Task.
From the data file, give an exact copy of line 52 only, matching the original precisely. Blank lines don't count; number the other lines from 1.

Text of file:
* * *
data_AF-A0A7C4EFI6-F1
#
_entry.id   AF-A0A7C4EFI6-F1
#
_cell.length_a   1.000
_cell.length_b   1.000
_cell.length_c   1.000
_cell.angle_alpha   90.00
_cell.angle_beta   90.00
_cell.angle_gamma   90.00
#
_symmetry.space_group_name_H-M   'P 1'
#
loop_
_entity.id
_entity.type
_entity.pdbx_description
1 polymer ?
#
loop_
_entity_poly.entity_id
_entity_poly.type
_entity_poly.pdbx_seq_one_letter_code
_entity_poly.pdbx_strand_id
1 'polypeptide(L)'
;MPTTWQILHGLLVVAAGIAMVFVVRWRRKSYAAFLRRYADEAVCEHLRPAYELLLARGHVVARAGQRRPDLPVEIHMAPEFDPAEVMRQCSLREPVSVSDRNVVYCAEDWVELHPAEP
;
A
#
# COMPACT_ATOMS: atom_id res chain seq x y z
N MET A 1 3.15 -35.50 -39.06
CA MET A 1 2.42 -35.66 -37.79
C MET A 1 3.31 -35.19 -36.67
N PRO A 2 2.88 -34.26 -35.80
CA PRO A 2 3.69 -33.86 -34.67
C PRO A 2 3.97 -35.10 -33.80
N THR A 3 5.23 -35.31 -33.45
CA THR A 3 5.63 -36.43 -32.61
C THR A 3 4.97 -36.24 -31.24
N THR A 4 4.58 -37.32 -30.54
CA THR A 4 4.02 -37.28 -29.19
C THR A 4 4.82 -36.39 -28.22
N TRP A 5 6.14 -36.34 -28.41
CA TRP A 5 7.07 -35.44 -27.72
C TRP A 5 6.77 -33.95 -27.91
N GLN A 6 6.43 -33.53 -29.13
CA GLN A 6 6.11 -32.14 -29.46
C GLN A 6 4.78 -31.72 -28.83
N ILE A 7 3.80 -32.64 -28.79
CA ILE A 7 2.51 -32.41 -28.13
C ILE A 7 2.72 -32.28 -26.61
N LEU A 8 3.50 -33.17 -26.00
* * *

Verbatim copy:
N LEU A 8 3.50 -33.17 -26.00